Researchers, research administrators and research governance advisors are essential agents in research, generating project ideas, securing funding, conducting research, managing resources, organising project activities, and sharing results publicly. Cases of misconduct reported in the media tend to focus on the individual perpetrator as a ‘bad apple’ (Fanelli, 2009; Sovacool, 2008) and, it is suggested that Machiavellian and, to a lesser extent, narcissistic and psychopathic personality traits, can play some role in research misconduct (Antes et al., 2007; J. K. Tijdink et al., 2016). However, it is widely thought that, in addition to internal psychological factors, the external research environment is influential in research integrity, and plays a role in cases of research misconduct and a range of questionable research practices (Anderson, 2018; Fanelli et al., 2015; Horbach et al., 2018; Metcalfe et al., 2020; Nuffield Council on Bioethics, 2014; Tijdink et al., 2014). In addition to the narrative of ‘individual impurity’, two other narratives of scientific misconduct are recognised, namely ‘institutional failure’ and ‘structural crisis’ (Sovacool, 2008). Research activities typically take place within formal institutions such as universities and, as such, the integrity of this research is at least partially dependent on the structures in which those institutions are situated. In this context we take ‘structural’ to be systems in place to facilitate, regulate and evaluate research (for example funding structures and research evaluation). By ‘institutional’ we mean the internal organisation of research and researchers (for example employment contracts and university research ethics committees) within individual institutions (for example universities).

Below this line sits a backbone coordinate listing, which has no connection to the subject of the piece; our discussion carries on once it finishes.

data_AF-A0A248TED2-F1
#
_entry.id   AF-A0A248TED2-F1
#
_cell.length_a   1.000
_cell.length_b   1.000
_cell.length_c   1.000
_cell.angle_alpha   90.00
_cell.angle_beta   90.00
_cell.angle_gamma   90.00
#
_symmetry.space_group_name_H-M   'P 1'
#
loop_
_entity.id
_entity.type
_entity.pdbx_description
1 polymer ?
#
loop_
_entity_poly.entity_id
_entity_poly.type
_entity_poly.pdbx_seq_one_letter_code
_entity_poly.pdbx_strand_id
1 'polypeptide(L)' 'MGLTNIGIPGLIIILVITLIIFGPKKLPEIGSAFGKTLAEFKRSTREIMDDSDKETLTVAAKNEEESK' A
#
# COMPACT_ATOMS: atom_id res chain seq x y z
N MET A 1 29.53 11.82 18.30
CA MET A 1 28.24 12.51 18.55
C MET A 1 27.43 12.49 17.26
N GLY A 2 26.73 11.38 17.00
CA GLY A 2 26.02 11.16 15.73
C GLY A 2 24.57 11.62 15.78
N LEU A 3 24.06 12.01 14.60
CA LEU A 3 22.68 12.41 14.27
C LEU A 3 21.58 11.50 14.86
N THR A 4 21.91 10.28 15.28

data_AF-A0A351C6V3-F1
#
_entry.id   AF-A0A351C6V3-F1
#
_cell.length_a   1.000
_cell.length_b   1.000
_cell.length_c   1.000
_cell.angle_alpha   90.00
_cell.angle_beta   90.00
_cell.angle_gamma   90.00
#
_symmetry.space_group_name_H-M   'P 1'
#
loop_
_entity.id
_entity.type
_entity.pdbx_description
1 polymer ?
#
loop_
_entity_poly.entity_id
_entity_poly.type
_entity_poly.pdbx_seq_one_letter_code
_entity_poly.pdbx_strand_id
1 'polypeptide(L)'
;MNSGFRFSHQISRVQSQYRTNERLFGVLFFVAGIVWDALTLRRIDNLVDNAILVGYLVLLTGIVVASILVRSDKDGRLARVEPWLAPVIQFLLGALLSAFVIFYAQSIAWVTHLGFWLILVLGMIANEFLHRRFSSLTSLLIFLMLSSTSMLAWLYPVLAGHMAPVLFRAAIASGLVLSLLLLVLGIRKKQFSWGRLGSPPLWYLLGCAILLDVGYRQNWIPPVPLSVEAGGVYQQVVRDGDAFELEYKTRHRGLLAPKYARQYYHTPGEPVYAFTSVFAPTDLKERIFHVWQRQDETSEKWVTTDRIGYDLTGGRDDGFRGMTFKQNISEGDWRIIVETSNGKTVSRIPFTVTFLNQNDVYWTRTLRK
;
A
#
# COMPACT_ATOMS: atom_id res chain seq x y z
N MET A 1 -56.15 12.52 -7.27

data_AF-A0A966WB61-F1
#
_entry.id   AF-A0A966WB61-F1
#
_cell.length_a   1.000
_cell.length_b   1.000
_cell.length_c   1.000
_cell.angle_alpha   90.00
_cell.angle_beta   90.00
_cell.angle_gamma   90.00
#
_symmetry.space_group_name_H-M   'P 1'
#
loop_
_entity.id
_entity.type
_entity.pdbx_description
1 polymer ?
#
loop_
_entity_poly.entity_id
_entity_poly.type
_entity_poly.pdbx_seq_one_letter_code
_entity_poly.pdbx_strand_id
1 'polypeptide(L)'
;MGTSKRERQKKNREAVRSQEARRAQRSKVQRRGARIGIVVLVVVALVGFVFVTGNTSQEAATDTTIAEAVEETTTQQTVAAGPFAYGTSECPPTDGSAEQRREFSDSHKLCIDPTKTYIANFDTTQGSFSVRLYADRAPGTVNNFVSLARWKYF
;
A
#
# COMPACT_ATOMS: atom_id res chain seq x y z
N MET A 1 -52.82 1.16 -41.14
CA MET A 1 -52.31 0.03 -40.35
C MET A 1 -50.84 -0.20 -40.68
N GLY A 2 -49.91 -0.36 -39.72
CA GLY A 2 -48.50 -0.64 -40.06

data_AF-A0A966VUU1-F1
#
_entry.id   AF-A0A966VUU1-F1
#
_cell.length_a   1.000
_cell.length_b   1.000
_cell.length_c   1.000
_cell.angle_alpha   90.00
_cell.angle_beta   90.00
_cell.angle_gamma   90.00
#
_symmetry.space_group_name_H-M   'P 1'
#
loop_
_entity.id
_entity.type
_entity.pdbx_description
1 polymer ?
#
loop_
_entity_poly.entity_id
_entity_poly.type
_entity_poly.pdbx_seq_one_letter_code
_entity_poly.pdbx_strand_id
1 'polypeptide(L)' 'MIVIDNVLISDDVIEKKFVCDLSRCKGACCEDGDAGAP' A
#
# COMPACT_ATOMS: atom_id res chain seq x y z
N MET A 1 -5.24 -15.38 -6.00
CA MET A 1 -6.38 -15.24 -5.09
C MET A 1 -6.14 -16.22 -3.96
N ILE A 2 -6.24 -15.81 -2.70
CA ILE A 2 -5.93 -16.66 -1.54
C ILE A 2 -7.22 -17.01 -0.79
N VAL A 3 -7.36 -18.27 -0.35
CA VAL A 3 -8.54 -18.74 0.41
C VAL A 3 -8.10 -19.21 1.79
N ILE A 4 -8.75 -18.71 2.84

Arguably, a strong culture of integrity with norms and values germane to research integrity is a vital part of promoting good research (Forsberg et al., 2018). It has been suggested that those involved in the practice of research have a responsibility to build a positive research culture to ensure that research conducted is valuable, ethical and of good quality (All European Academies, 2017; Bouter, 2015; Forsberg et al., 2018; Nuffield Council on Bioethics, 2014).